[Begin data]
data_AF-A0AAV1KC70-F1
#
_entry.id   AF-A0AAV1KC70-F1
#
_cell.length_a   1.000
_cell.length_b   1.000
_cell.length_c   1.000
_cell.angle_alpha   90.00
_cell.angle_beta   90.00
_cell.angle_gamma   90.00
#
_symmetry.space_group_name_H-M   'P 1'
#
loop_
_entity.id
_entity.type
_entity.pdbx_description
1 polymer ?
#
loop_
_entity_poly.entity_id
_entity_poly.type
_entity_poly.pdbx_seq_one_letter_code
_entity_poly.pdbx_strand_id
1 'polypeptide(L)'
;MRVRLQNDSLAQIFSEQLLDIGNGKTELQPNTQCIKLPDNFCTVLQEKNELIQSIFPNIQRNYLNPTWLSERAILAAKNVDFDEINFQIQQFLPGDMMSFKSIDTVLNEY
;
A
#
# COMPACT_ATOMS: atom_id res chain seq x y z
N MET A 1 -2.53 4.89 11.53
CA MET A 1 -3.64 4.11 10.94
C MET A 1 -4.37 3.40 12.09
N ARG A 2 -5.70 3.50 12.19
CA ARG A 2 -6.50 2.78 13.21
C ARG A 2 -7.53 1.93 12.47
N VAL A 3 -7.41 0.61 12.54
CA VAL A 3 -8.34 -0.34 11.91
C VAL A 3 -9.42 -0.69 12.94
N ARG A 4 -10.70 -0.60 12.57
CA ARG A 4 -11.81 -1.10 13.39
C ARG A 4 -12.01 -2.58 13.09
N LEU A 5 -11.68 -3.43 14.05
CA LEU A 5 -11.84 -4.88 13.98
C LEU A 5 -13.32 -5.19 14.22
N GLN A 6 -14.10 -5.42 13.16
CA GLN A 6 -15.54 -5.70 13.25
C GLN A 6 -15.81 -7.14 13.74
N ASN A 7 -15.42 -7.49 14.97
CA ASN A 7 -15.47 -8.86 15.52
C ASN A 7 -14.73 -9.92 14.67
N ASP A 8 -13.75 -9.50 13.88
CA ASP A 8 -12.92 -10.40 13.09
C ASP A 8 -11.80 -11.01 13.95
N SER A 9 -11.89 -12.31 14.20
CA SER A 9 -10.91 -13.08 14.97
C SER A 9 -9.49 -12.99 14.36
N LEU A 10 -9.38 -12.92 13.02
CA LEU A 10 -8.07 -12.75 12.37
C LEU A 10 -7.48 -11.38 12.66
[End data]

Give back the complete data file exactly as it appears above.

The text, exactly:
data_AF-A0AAV1KC70-F1
#
_entry.id   AF-A0AAV1KC70-F1
#
_cell.length_a   1.000
_cell.length_b   1.000
_cell.length_c   1.000
_cell.angle_alpha   90.00
_cell.angle_beta   90.00
_cell.angle_gamma   90.00
#
_symmetry.space_group_name_H-M   'P 1'
#
loop_
_entity.id
_entity.type
_entity.pdbx_description
1 polymer ?
#
loop_
_entity_poly.entity_id
_entity_poly.type
_entity_poly.pdbx_seq_one_letter_code
_entity_poly.pdbx_strand_id
1 'polypeptide(L)'
;MRVRLQNDSLAQIFSEQLLDIGNGKTELQPNTQCIKLPDNFCTVLQEKNELIQSIFPNIQRNYLNPTWLSERAILAAKNVDFDEINFQIQQFLPGDMMSFKSIDTVLNEY
;
A
#
# COMPACT_ATOMS: atom_id res chain seq x y z
N MET A 1 -2.53 4.89 11.53
CA MET A 1 -3.64 4.11 10.94
C MET A 1 -4.37 3.40 12.09
N ARG A 2 -5.70 3.50 12.19
CA ARG A 2 -6.50 2.78 13.21
C ARG A 2 -7.53 1.93 12.47
N VAL A 3 -7.41 0.61 12.54
CA VAL A 3 -8.34 -0.34 11.91
C VAL A 3 -9.42 -0.69 12.94
N ARG A 4 -10.70 -0.60 12.57
CA ARG A 4 -11.81 -1.10 13.39
C ARG A 4 -12.01 -2.58 13.09
N LEU A 5 -11.68 -3.43 14.05
CA LEU A 5 -11.84 -4.88 13.98
C LEU A 5 -13.32 -5.19 14.22
N GLN A 6 -14.10 -5.42 13.16
CA GLN A 6 -15.54 -5.70 13.25
C GLN A 6 -15.81 -7.14 13.74
N ASN A 7 -15.42 -7.49 14.97
CA ASN A 7 -15.47 -8.86 15.52
C ASN A 7 -14.73 -9.92 14.67
N ASP A 8 -13.75 -9.50 13.88
CA ASP A 8 -12.92 -10.40 13.09
C ASP A 8 -11.80 -11.01 13.95
N SER A 9 -11.89 -12.31 14.20
CA SER A 9 -10.91 -13.08 14.97
C SER A 9 -9.49 -12.99 14.36
N LEU A 10 -9.38 -12.92 13.02
CA LEU A 10 -8.07 -12.75 12.37
C LEU A 10 -7.48 -11.38 12.66